This paragraph is meaningless without any citations, you say that these historians blow the alternative theories out of the water, well I’ve read at least one book by a respected Bible historian who doesn’t think so (Bart Ehrman), and I’ve heard talks from many others who’d disagree (Robert Price: http://www.youtube.com/watch?v=gouJ1_mYtDo). Blown out of the water? I think that is a slight exaggeration…

    • “I don’t think it is possible for a book that was written over so many centuries by so many different people to have consistent intentions behind it as a whole.”

      Why not? Do you have some evidence of the impossibility?

      “I granted that certain aspects of religious belief would persist, however the point of the scenario is to highlight that if religion started again, the end point would be different, whereas if science started over again the end point would be the same.”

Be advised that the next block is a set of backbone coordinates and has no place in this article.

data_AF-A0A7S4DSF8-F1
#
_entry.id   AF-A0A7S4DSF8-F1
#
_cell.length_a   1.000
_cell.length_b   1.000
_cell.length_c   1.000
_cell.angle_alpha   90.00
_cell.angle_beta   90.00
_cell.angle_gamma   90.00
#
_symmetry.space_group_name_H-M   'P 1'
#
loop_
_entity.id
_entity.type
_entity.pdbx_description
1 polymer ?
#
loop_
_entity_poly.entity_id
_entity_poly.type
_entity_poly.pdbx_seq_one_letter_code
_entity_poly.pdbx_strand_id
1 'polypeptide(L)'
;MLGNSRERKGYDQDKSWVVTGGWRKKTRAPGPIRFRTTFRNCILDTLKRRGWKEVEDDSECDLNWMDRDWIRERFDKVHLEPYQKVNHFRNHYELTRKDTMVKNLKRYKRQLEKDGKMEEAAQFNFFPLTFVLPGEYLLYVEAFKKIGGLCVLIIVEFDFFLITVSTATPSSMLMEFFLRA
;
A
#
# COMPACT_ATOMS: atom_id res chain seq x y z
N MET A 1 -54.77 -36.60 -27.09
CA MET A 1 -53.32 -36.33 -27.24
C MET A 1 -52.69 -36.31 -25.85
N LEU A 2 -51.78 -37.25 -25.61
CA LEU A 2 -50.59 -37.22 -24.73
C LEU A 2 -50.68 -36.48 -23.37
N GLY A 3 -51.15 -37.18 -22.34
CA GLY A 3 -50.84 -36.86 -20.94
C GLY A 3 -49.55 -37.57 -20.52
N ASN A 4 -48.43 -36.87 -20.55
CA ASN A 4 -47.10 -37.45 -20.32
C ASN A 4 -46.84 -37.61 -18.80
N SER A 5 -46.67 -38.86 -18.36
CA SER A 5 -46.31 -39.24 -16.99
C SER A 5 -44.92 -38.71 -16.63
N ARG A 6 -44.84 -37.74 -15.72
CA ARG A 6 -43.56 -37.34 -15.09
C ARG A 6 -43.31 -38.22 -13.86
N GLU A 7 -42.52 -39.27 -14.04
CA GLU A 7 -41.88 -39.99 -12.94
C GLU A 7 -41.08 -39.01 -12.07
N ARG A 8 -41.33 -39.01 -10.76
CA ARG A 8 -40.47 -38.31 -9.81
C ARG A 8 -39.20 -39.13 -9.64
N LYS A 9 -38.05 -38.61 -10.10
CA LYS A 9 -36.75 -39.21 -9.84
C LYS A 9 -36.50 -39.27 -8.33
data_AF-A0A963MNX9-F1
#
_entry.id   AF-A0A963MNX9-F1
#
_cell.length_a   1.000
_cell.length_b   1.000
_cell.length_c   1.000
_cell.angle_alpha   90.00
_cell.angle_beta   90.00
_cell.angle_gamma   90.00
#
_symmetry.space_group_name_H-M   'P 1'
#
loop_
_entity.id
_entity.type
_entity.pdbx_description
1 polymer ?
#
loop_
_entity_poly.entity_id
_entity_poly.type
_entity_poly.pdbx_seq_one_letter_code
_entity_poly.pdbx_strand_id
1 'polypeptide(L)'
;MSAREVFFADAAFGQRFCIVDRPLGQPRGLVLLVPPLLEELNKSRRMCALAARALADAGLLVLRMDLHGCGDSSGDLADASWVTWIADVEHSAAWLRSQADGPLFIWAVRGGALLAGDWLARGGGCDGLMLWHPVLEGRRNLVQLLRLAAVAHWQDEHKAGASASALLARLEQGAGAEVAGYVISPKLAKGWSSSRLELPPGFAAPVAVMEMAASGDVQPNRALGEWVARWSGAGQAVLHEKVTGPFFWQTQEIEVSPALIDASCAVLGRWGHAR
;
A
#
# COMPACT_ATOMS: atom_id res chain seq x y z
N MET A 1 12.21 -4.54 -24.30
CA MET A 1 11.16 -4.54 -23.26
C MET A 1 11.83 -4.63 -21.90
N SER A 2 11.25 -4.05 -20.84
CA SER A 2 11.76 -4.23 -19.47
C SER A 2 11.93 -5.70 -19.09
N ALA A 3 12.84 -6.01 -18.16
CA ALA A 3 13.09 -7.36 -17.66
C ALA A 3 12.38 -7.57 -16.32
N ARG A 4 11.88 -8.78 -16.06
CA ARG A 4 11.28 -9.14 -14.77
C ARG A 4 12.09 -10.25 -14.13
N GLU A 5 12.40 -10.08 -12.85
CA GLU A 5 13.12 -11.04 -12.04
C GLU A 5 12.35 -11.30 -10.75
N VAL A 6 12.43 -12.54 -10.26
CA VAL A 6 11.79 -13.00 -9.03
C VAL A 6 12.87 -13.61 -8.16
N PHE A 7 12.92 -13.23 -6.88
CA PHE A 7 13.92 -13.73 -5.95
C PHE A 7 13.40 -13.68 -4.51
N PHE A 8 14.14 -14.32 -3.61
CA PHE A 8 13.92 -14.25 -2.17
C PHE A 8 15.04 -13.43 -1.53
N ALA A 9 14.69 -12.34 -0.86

Again, how could you possibly know this? It’s pure speculation given the information we’ve both demonstrated here.

      “Not having an explanation is the most intellectually honest position to take given the evidence.”

      Is this the advice one gives to a cancer patient? “We don’t have an answer on how to cure cancer, so we just go with that and hope for the best”? Or do we recommend treatment based on the best knowledge we have at the current moment? Why choose one standard for one and a completely different standard for another? That seems rather arbitrary.

      “The data simply does not support intelligent design. If it did then there would be consensus on the issue.”

      And yet there is no data supporting M-Theory, the multiverse hypothesis or an eternal universe. So why is there scientific consensus that one of these is most likely to be true? Sounds like a naturalistic bias, which goes against proper evidentiary discovery.

      “There are plenty of legitimate fields of science that deal with historical events that cannot be repeated: This doesn’t mean that they fail the criteria of being science, or that they cannot use the scientific method.”